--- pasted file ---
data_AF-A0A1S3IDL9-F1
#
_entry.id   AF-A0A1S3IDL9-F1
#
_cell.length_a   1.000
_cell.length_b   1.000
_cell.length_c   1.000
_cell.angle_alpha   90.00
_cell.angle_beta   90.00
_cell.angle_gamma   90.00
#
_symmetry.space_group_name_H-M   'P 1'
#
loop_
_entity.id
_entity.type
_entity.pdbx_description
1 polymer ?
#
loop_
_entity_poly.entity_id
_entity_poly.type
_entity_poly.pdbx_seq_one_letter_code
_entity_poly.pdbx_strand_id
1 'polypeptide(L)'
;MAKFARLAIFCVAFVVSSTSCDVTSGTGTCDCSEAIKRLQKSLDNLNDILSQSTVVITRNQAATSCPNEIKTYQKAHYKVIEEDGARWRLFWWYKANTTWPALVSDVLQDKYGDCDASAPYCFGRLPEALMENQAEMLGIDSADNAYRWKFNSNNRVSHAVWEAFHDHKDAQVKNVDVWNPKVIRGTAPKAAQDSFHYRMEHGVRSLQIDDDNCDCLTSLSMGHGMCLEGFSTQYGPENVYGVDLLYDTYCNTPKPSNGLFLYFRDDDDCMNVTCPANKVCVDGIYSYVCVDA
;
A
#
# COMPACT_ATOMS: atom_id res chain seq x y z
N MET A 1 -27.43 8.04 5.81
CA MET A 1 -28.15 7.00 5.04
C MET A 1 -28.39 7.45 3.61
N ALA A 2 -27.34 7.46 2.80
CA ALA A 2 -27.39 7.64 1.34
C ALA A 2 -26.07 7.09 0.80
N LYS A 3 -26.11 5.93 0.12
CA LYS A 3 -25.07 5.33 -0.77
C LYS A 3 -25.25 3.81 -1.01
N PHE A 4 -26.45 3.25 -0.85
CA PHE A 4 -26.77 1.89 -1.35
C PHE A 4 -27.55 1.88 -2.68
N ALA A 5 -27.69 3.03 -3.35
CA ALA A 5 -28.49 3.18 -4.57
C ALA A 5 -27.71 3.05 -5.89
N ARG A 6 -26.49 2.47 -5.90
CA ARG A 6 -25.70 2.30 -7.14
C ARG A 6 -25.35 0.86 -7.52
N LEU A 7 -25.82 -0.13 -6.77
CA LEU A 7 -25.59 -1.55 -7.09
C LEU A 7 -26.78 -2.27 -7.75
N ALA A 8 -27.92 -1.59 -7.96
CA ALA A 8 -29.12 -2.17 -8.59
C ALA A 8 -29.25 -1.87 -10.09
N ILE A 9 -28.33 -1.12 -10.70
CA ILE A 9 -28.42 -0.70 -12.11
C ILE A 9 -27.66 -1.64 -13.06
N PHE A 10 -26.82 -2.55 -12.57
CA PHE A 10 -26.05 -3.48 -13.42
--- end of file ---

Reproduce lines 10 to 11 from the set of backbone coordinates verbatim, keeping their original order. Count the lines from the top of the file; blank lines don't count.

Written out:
_cell.angle_gamma   90.00
#